As states scramble to adjust their abortion policies in the wake of the Supreme Court’s decision overturning Roe v. Wade, Michigan has emerged as one of the most hotly contested battlegrounds. And Michigan Governor Gretchen Whitmer is at the center of that fight.
Whitmer is a Democrat who supports abortion rights, but Republicans control the state’s legislature. Michigan is one of nine states that had laws banning abortion still on the books from before 1973 when the Supreme Court established the national right to abortion. Now that the court has revoked that right, the old law—in this case from 1931—could go back into effect, and many Republicans in the state legislature are pushing for that to happen. A state court temporarily blocked Michigan’s 91-year-old law in response to a lawsuit from Planned Parenthood, and Whitmer has filed her own suit asking Michigan’s Supreme Court to determine whether the state constitution provides a right to abortion.
Whitmer has also issued an executive directive telling state agencies not to cooperate in any investigation into someone who provides an abortion or helps someone obtain an abortion, and she is supporting an effort to get a measure that would enshrine abortion rights into the state constitution on the ballot this November.
Read More: The Fight Over Abortion Has Only Just Begun
With President Joe Biden limited in the federal actions he can take on abortion, each state’s leadership is poised to play an outsized role in determining the future of abortion within their borders, and many of Michigan’s neighboring states are likely to restrict abortion or have already done so. As she tries to protect abortion rights in her state, Whitmer is facing a high-stakes reelection fight this fall.
On July 1, TIME talked to Whitmer about her efforts to preserve abortion access in Michigan, trying to interpret a nearly 100-year-old law, and her concerns about rising abortion extremism in her state.
The following conversation has been edited and condensed for clarity.
TIME: Governor, we’re one week out from the Supreme Court overturning Roe, and your state is in this limbo situation where abortion is currently legal, but you have a 1931 law on the books that could ban abortion. How has the past week felt for you?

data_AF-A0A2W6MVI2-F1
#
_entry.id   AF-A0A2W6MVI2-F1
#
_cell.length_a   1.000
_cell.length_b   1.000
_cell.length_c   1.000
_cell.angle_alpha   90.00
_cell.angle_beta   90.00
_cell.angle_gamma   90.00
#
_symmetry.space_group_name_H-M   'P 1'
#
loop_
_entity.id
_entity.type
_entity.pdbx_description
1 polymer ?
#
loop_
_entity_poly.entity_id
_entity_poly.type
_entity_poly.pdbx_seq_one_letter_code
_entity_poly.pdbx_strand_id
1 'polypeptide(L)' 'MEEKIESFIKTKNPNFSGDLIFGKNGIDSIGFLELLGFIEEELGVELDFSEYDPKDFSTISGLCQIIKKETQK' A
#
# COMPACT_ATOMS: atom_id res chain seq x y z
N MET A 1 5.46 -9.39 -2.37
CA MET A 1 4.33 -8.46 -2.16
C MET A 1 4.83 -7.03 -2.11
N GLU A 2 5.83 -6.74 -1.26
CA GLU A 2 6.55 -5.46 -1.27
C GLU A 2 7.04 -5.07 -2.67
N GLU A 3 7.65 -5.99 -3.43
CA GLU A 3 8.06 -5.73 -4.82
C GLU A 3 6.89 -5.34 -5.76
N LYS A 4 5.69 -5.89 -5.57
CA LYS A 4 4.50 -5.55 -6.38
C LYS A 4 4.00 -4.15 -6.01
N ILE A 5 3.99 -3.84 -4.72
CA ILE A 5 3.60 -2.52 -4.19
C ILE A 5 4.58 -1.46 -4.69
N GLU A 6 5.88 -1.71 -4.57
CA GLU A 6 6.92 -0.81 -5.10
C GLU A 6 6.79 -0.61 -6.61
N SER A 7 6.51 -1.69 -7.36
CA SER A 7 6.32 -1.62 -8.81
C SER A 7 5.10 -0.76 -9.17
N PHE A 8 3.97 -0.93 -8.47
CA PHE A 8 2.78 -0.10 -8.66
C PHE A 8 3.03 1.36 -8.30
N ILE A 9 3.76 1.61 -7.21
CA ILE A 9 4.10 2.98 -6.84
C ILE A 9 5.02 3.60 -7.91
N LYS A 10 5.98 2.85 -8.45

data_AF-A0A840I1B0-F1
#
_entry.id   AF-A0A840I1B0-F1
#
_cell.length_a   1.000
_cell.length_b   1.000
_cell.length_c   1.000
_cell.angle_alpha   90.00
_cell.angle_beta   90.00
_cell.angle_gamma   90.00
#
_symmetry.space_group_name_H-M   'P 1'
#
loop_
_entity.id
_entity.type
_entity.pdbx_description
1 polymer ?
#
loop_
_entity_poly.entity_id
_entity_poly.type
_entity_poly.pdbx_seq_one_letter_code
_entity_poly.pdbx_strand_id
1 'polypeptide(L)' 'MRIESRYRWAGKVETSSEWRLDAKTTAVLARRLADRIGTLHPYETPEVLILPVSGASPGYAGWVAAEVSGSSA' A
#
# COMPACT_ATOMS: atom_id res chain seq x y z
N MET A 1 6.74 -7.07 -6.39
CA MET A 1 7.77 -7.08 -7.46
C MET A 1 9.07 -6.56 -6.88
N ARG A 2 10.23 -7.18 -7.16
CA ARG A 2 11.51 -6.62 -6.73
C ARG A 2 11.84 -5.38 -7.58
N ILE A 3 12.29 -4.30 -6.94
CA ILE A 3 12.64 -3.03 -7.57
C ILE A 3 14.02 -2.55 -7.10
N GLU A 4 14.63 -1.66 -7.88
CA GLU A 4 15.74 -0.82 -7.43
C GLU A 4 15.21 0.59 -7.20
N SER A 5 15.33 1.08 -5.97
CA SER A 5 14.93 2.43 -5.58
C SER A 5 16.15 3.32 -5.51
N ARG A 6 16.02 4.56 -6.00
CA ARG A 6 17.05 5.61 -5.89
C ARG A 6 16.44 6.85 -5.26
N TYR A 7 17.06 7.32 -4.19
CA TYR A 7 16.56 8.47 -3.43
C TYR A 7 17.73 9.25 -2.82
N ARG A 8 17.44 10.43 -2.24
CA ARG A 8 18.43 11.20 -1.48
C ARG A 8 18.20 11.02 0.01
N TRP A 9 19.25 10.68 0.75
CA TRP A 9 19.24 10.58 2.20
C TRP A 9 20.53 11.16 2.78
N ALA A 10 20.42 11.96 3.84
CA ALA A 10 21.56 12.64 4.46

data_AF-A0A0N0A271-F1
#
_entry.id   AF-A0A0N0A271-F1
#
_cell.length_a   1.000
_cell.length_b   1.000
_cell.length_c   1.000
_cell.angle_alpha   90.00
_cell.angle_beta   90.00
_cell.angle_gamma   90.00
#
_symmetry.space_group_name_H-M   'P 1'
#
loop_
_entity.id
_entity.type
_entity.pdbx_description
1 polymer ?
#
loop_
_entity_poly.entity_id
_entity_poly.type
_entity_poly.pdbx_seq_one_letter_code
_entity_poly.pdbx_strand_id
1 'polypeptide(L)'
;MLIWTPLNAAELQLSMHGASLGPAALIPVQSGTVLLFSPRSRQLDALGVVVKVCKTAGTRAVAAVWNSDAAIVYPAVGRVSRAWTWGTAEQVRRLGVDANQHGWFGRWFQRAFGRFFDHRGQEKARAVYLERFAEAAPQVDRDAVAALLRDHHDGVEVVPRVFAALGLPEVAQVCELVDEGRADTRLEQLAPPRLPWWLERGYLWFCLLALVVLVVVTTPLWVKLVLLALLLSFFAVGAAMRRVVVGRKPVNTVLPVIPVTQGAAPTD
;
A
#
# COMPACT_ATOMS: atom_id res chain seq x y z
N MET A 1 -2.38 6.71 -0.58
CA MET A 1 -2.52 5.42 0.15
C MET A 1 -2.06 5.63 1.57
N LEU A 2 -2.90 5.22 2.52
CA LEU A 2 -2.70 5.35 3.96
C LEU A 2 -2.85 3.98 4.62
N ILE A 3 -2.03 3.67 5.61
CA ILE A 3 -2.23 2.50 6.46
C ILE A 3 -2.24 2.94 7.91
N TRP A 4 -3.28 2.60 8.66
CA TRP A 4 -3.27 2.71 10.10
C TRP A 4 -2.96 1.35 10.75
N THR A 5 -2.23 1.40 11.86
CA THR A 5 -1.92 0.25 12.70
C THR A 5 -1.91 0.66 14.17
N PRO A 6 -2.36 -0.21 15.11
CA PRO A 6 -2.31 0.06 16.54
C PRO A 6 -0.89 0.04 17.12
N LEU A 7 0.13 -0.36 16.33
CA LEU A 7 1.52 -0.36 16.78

Whitmer: I mean, heavy. We knew this was coming, and yet it felt like a gut punch. We’ve talked to so many women, we’re doing roundtables across the state. There are so many reasons that a woman might need abortion care that isn’t even discussed or appreciated in some of the talking points from politicians that are trying to make it even harder for women. The things they say — they aren’t even cognizant. Some of these Republican politicians are getting confused between contraception and abortion. There’s a lack of understanding. There’s a lack of interest to understand. There’s a lack of listening to the experts and listening to women. And so I think people are feeling very angry and anxious about this.
You know, abortion is still legal. We have to continue to tell people that it’s still available in Michigan. But I think that our providers are struggling because they want to make sure that if you get a zealous prosecutor that you are abiding by the law, and so there’s a lot of confusion as well.
Your state’s 1931 law banning abortion is currently blocked by the courts. You’re trying to get it permanently struck down, but Republicans in your state would like to see the law go into effect. How likely is that to happen?
Michigan is one of the states that is currently pro-choice, and is poised to revert 91 years in the past, to a law that makes it a felony to perform an abortion and has no exceptions for rape or incest. And so we go from being a pro-choice state to having one of the most extreme laws on the books. We’re working on a number of fronts. Right now, there’s an injunction from that 1931 law going into effect. But there’s a very real risk as that injunction is being appealed that it doesn’t hold. I’ve filed a lawsuit to ask the Supreme Court of Michigan to recognize that under our state constitution, there’s a due process and equal protection clause right to privacy and abortion care in Michigan. But that is pending. And at the same time, there are people collecting signatures to amend our state constitution. So we’re pulling out all the stops.